Five Causes of the Long Delay in Liberating Mosul

Western media announced for the umpteenth time this week that the Iraqi army is preparing to launch its oft-delayed offensive for recapturing the northern city of Mosul, two years after it was seized as the Islamic State’s de facto capital in Iraq.
The town’s suffering inhabitants and the refugees who managed to escape its horrors breathed a deep sigh of relief at the prospect of finally getting rid of the vicious jihadist jackboot.
But this optimistic presentation was another deception.
According to DEBKA Weekly’ military and intelligence sources, the US war command estimates that the campaign for liberating Mosul will not be ready to go for 8 to 12 months, in view of the following major hindrances:
1. The Iraqi army lacks the fighting manpower for attacking and holding the city. In the last few days, the US command has been winding up a slow and laborious process of isolating Mosul and its million inhabitants from the town’s environs. As we have reported before, this is a process of isolation – not siege, since neither the US command nor the Iraqi army can field enough manpower or resources for a total siege on Mosul.
2. To make up the numbers, the Americans are recruiting, training and arming new Iraqi brigades to augment the units positioned around the city. This process will take up to a year to complete.
3. The Obama administration could if it wished find the extra manpower for storming Mosul by enlisting pro-Iranian Shiite militias, such as the Popular Mobilization forces and Badr Brigades.
Both are subject to the direct command of Iran’s Revolutionary Guards Forces.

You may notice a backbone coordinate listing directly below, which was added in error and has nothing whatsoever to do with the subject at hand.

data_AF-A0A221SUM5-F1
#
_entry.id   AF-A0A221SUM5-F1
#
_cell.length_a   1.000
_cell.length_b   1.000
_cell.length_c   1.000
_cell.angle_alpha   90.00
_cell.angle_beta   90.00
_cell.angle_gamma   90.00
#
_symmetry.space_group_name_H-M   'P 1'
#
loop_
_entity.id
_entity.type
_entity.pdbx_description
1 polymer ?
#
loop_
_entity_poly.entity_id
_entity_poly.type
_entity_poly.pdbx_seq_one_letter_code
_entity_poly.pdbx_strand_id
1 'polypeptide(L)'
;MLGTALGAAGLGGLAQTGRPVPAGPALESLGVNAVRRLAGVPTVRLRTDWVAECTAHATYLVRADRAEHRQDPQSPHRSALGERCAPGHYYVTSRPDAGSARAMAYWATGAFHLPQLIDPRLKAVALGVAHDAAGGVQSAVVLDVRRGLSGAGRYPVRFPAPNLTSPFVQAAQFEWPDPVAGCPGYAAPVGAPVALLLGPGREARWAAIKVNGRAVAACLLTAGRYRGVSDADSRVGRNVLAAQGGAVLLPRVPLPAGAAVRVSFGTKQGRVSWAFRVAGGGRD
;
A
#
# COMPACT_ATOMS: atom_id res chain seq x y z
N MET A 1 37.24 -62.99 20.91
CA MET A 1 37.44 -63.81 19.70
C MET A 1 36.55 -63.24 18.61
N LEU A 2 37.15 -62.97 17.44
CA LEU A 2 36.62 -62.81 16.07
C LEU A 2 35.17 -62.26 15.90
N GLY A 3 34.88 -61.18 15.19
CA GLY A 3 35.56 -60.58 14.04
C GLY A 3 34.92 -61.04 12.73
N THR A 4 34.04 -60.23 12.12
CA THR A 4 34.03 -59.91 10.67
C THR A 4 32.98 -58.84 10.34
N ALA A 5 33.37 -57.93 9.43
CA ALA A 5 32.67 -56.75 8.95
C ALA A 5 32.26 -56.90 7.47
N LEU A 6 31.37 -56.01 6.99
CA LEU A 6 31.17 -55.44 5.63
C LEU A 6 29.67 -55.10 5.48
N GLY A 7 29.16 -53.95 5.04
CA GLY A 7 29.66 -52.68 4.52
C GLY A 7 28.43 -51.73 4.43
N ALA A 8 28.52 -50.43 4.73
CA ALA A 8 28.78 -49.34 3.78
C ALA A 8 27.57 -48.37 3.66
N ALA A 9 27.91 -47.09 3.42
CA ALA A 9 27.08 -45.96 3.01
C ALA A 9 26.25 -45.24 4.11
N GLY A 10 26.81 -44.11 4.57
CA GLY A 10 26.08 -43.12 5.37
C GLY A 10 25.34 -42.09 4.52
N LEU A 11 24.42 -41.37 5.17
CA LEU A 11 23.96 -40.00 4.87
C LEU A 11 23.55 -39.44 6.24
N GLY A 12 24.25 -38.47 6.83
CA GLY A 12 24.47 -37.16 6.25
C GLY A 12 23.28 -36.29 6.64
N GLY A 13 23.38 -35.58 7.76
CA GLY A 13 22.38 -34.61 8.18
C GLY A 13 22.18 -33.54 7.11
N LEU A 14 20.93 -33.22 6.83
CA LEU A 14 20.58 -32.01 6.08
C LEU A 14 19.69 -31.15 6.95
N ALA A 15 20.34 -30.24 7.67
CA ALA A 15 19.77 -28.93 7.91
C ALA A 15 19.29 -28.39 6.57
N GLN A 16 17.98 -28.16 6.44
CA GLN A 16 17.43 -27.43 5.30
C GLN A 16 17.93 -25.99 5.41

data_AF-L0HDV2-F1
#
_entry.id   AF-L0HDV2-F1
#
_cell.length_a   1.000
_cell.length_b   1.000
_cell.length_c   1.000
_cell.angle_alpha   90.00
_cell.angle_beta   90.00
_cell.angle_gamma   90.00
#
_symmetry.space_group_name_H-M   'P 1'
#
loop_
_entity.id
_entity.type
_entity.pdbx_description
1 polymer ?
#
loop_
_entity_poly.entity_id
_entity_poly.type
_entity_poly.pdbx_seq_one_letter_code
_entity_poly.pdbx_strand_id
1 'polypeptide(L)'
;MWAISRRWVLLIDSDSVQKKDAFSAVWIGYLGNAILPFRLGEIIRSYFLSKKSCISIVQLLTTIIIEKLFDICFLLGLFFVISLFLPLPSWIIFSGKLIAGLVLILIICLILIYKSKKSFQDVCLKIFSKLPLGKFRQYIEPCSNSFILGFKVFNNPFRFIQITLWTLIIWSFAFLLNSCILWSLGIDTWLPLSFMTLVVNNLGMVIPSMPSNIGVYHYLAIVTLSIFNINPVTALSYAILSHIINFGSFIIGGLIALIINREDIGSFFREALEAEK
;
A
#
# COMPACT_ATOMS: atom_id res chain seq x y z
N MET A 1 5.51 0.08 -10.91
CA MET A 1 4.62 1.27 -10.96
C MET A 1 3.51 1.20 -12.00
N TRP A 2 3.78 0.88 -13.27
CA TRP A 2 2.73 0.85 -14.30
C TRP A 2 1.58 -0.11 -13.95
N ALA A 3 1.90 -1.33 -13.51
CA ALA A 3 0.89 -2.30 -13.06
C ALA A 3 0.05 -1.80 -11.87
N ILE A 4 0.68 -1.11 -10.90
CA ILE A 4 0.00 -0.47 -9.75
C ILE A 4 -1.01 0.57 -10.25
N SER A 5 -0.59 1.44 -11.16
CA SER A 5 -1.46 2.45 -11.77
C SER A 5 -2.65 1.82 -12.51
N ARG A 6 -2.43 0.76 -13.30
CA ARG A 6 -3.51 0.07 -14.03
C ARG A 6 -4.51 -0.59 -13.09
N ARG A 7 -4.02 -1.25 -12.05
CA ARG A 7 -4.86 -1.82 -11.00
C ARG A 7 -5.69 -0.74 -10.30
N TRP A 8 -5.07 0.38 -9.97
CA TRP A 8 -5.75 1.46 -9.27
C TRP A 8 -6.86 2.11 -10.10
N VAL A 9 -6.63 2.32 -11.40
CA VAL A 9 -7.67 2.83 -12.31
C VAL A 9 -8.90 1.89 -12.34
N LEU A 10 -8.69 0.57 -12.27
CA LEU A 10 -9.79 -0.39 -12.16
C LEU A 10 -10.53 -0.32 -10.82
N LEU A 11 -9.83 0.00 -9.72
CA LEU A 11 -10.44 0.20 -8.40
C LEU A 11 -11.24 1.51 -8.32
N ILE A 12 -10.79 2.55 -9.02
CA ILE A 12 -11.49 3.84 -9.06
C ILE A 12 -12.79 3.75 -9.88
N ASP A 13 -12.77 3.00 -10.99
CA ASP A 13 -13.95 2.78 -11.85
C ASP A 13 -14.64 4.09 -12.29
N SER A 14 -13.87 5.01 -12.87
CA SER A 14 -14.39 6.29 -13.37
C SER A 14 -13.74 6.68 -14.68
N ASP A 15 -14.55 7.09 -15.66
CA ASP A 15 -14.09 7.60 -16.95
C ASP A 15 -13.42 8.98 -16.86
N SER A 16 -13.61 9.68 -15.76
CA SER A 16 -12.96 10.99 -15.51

The US is making a show of reluctance before calling on Shiite assistance in the light of past incidents of Shiite fighters going on murderous and looting sprees through liberated Iraqi Sunni towns.
Mosul is the ultimate symbol of a Sunni-ruled city in Iraq.
But President Barack Obama’s apparent reluctance gradually faded in July during the battle for recovering another Sunni-ruled town, Fallujah. At first, the Americans agreed to the pro-Iranian militias taking part in the fighting, provided they stayed outside the city and did not break through to its interior. But then, the Americans stood by when Shiite forces overran strategic sites inside Fallujah.
Therefore, DEBKA Weekly’s military and intelligence sources calculate that Obama will eventually relent once again and approve pro-Iranian Iraqi Shiite militias’ participation in the battle for Mosul, once it gets going.
4. Washington this week faced a fresh complication: A demand by President Tayyip Recep Erdogan for Turkish forces to take part in the battle for Mosul. To meet a certain veto by autonomous Iraqi Kurdish government (KRG) of direct Turkish intervention, Ankara has offered militias composed of native Iraqi Turkmen who were trained and armed in Turkey.
Our sources say that Washington is divided on how to handle this offer. One camp advocates approval to help ease the strains in US relations with Ankara; the opposite camp warns that Turkey is the thin end of the wedge for Russia to gain a foothold in northern Iraq.
5. However unlikely this may sound, it is a fact that the United States is short of money for financing the large-scale military campaign required to liberate Mosul. Not many Americans realize that as many as 40,000 US officers and soldiers are already engaged in the war on the Islamic State – whether in the Middle East, North Africa or running US command centers at home. Most are not involved in actual combat, but rather in training foreign forces, logistics, the planning of operations and gathering intelligence.
To fill the counter-terror war chest, Washington turned to Gulf and European allies. The sum of $2 billion has so far been raised.

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